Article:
Review: Les Misérables

As we’ve seen in the past, translating from book to film can be a challenge. But translating an epic tragedy from a beloved (and much adapted) Broadway opera which was itself translated from a novel heavy on 19th century French history and you more than have your work cut out for you. Best case scenario is you gather up the one of the best casts around and throw yourself into it at full speed. The results can be beautiful.

The story of Les Misérables is a multi generational tragedy centered on one man, Jean ValJean (Hugh Jackman) set against the French

Ohhh! Intensity

Ohhh! Intensity

revolution of 1832. Actually, to say it’s a tragedy is putting it mildly as even the good things that occur have a pall of intense sadness over them to the point where when you see a character smile it’s almost off-putting. In fact, only 2 characters of the dozens even have a happy ending, and that after much suffering on both their parts.

The music is the film is ever present-only a few lines are spoken- and acts as another character which rides the line between hopeful and mournful like everyone else. What’s truly spectacular though, was director Tom Hooper’s insistence that the cast sing live as opposed to lip-sync to prerecorded tracks. On the positive side, this let the cast combine the power of the song with their acting, creating some truly stellar moments (Eddie Redmayne’s “Empty Chairs at empty tables” is particularly powerful). However, this also made some awkward blocking as the camera struggled to follow the improvised movements of some actors (Hugh Jackman’s entire solo in the church at the beginning of the film being an egregious example). But, the live singing really provides some of the best emotional moments I’ve ever seen in a film musical. Even though everyone is singing all the time in the heightened reality of the film, since it’s happening organically it feels right for all intents and purposes it looks “real.”

I do wish Hooper had let the acting and music guide the emotion though, as during nearly all of the “big” songs the camera zooms into extreme close up on the actor. It never served to create a more real moment or raise the intensity of the scene, if anything it was distracting.

Similarly, not all the cast was as powerful a singer as others. While much attention will be paid to Anne Hathaway’s heartbreaking performance as Fantine, even more has been paid to Russell Crowe’s stilted and awkward Javert. Crowe is…not a wonderful singer. He’s not terrible as such, but in this role where every line is filled with gravitas his performance doesn’t fit in with the rest. Even Redmayne, who’s vocal was not my favorite, feels like he belongs in this world more than Crowe- who does actually improve throughout the film up to the cartoonish end of his story. But when you’re up against Broadway vets like Hathaway, Jackman and Samantha Barks who also played her role of Éponine in the West End and in the 25th anniversary concert, Crowe really had no chance of coming out unscathed.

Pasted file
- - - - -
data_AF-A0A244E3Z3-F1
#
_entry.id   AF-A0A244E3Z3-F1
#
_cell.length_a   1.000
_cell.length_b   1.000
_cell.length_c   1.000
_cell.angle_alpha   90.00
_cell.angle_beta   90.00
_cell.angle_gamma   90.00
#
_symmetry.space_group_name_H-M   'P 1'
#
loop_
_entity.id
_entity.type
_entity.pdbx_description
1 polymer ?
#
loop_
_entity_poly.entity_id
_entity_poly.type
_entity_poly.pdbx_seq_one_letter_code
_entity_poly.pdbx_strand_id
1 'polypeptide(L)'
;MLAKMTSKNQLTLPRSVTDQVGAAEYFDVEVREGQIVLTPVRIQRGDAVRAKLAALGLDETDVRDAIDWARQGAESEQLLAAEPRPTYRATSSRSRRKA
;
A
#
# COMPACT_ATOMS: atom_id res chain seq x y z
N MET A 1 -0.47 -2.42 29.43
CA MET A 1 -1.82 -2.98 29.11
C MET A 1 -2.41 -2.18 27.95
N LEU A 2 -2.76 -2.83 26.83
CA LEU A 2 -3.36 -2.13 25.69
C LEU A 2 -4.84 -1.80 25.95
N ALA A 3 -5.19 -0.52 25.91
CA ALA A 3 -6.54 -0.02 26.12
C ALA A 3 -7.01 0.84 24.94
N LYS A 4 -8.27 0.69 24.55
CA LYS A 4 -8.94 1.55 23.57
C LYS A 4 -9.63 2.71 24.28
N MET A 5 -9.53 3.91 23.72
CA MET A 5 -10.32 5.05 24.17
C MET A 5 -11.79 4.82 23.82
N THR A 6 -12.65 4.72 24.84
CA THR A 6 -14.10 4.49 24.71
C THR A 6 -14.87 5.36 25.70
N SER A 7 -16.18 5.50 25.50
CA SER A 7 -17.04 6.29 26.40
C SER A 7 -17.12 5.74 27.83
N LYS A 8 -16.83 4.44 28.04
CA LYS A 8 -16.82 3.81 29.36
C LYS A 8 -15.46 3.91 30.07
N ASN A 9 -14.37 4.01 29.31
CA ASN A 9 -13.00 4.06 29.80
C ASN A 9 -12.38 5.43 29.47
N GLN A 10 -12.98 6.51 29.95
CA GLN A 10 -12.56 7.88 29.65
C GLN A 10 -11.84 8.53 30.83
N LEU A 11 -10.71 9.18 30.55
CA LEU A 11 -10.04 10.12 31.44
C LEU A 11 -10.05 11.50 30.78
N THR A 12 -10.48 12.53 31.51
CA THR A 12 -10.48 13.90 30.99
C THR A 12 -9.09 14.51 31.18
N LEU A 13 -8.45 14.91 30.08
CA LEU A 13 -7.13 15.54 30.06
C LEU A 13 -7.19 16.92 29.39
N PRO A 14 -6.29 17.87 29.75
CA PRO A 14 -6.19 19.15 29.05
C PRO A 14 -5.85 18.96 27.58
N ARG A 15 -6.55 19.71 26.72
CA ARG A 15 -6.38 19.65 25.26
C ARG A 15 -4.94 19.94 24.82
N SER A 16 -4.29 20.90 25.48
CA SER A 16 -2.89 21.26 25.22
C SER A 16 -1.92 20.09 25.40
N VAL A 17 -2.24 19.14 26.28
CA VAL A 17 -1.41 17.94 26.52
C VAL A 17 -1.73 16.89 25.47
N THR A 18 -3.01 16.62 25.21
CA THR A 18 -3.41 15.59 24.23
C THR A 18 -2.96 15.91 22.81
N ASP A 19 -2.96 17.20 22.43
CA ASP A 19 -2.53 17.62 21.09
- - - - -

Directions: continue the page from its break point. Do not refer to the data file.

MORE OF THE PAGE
Speaking of Barks, her story was one of the many that was tweaked from book to stage to film. While this was my first exposure to this world (but guess what’s next on my Classics readthrough…) all I noticed was how strangely her story ended. I gather that this was a change made for the movie but I can’t for the life of me figure it out.

Which brings us to the “comic relief” portion of our film. Sascha Baron Cohen and Helena Bonham Carter play the deliriously amoral Thènardiers-innkeepers and conmen extraordinaires  Whenever they appear on screen the mood lightens considerably and you can tell the two had the best of times filming their scenes. While they’re important to the story (they are the parents of Éponine and Gavroche (Daniel Huttlestone) among other reasons) when they appear it’s like a different movie has begun and you’re just along for the wacky ride. No matter how disgusting their actions, they were a joy to behold.

Make no mistake though, this is a tough movie. Both in tone, plot and length (clocking in at 2 hours and 49 minutes) and it’s built in such a way that you feel it all. You meet characters only to watch them suffer until they die, experience hope only to watch it evaporate in smoke and blood and get swallowed up in the intense darkness of the setting. But when you come out the other side, you’re left with inspiration and hope that this wasn’t all for nothing. From a plot and historical standpoint everything eventually worked out (A few more revolutions down the road) but from a filmmaking standpoint this film is nothing but success: The semi experiment of live singing worked beautifully and Hooper was able to adequately translate a sprawling musical into film without too much adaptive dissonance. From what I’ve seen it has even pleased some of the die hard Les Mis purists, and has created in me a new fan of a show I didn’t know I would love. A-

**A Note on the Soundtrack Album: The official soundtrack album is, as it should be, a highlight album. It is not the entire movie on CD. 20 tracks beautifully mastered. Sadly, my favorite song in the film, “Do you hear the people sing?” is not included for some reason-nor is the reprise of “Look Down” with Gavroche, Marius, and Enjolras. Terrible decision on both of those counts.

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